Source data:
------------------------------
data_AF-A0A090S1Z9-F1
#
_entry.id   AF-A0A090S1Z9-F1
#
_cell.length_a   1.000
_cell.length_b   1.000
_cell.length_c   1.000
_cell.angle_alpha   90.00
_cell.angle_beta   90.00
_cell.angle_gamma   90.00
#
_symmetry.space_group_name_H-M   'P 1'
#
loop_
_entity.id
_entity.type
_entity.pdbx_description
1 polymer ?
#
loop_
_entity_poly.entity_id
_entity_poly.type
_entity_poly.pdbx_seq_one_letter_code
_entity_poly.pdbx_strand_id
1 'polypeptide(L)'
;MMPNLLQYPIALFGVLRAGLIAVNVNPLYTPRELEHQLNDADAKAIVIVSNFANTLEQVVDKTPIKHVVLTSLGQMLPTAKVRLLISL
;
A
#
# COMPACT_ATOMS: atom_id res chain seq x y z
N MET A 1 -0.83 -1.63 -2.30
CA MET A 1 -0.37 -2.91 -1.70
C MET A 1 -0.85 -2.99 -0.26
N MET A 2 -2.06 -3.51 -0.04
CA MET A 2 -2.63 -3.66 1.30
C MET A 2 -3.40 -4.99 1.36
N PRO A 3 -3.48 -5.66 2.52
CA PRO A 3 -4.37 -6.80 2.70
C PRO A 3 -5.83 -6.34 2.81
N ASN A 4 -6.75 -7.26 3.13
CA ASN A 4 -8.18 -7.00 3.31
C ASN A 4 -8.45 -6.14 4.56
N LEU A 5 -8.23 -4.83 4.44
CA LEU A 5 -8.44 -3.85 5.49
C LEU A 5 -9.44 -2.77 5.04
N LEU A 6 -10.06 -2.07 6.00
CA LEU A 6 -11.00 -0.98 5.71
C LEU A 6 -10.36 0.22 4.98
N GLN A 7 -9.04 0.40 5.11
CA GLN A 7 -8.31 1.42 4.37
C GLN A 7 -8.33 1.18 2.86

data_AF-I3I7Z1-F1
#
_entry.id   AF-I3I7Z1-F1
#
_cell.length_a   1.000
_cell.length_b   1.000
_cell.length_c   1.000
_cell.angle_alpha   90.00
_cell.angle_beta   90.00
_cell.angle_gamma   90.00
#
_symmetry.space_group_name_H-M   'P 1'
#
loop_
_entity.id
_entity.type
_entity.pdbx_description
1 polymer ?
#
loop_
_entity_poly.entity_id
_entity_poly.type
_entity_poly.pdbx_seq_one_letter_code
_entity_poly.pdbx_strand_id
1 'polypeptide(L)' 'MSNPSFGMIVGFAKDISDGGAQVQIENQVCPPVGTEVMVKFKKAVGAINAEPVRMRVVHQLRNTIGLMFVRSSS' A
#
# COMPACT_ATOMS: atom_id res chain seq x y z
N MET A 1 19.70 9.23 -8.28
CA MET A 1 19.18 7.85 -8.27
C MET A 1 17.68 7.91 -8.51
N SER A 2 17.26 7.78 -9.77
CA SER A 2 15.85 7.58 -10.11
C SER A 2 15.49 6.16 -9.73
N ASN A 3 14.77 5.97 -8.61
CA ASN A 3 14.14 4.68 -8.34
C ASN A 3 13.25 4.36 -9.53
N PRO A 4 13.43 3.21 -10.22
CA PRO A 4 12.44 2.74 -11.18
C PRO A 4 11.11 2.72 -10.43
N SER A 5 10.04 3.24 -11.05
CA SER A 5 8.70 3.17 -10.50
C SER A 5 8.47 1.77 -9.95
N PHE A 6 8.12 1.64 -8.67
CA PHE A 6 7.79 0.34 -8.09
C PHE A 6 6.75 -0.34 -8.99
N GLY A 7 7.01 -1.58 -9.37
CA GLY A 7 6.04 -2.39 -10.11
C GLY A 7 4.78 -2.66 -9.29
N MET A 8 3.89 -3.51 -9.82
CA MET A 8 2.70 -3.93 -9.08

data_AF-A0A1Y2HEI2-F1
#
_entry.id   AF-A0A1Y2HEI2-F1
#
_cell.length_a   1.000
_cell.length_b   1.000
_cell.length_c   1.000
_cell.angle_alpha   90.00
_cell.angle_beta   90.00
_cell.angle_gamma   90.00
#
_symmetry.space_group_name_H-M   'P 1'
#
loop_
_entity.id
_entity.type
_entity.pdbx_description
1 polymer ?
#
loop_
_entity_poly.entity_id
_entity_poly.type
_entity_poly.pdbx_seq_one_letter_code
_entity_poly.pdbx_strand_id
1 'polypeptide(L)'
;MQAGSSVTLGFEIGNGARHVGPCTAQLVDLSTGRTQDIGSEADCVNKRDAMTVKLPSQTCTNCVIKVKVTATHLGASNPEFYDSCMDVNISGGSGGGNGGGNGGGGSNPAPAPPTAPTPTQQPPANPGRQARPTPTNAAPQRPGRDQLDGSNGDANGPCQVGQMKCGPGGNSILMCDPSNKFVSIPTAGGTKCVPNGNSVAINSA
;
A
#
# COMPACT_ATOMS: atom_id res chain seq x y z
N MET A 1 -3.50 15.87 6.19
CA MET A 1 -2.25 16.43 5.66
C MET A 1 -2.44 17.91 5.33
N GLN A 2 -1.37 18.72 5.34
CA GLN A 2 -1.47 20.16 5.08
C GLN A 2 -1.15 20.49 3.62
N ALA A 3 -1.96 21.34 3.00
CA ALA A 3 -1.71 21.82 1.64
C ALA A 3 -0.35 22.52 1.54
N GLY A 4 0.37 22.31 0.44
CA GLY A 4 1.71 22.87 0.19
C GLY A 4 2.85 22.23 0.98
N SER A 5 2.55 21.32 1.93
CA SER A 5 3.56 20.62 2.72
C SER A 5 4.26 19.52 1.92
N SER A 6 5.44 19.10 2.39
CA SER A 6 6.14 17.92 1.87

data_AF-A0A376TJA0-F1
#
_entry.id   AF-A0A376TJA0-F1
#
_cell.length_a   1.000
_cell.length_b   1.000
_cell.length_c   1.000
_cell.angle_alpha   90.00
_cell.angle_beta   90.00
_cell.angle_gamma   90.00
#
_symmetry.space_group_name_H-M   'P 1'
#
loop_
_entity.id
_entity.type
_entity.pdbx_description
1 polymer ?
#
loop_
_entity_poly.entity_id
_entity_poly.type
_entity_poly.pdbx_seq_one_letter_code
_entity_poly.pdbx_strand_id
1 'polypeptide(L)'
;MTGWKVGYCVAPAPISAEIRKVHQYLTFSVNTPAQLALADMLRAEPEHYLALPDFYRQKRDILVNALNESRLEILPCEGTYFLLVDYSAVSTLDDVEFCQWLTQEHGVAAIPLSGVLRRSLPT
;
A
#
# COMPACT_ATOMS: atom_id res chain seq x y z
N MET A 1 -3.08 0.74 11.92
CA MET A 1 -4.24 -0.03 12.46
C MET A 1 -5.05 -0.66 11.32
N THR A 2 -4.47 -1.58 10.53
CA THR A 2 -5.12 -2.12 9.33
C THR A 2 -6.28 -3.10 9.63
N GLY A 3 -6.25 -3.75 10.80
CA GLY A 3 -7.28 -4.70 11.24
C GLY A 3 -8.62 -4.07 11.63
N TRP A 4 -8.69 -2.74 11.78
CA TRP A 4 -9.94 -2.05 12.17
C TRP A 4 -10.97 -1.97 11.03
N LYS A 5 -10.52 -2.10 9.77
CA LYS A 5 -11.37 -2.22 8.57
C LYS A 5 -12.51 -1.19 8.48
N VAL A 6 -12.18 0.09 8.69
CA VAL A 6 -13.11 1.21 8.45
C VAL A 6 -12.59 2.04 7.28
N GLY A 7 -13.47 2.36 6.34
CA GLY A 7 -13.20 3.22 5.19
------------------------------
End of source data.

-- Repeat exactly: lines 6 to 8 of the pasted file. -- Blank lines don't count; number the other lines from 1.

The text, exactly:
_cell.length_b   1.000
_cell.length_c   1.000
_cell.angle_alpha   90.00